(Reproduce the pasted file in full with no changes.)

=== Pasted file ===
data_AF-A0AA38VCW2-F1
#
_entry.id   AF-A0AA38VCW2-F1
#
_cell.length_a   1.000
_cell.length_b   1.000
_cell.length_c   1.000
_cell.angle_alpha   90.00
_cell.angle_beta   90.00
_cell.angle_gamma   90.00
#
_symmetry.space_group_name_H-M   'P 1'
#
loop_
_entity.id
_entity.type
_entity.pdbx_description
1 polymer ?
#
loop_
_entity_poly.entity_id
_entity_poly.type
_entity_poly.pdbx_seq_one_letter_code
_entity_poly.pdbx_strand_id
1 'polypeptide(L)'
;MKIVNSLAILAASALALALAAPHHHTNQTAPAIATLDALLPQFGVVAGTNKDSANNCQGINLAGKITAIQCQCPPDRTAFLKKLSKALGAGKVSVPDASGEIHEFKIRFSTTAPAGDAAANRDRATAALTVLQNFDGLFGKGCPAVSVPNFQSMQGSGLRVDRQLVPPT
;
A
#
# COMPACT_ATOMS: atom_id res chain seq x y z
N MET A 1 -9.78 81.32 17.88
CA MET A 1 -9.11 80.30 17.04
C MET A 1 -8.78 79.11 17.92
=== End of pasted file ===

data_AF-A0AA38VCW2-F1
#
_entry.id   AF-A0AA38VCW2-F1
#
_cell.length_a   1.000
_cell.length_b   1.000
_cell.length_c   1.000
_cell.angle_alpha   90.00
_cell.angle_beta   90.00
_cell.angle_gamma   90.00
#
_symmetry.space_group_name_H-M   'P 1'
#
loop_
_entity.id
_entity.type
_entity.pdbx_description
1 polymer ?
#
loop_
_entity_poly.entity_id
_entity_poly.type
_entity_poly.pdbx_seq_one_letter_code
_entity_poly.pdbx_strand_id
1 'polypeptide(L)'
;MKIVNSLAILAASALALALAAPHHHTNQTAPAIATLDALLPQFGVVAGTNKDSANNCQGINLAGKITAIQCQCPPDRTAFLKKLSKALGAGKVSVPDASGEIHEFKIRFSTTAPAGDAAANRDRATAALTVLQNFDGLFGKGCPAVSVPNFQSMQGSGLRVDRQLVPPT
;
A
#
# COMPACT_ATOMS: atom_id res chain seq x y z
N MET A 1 -9.78 81.32 17.88
CA MET A 1 -9.11 80.30 17.04
C MET A 1 -8.78 79.11 17.92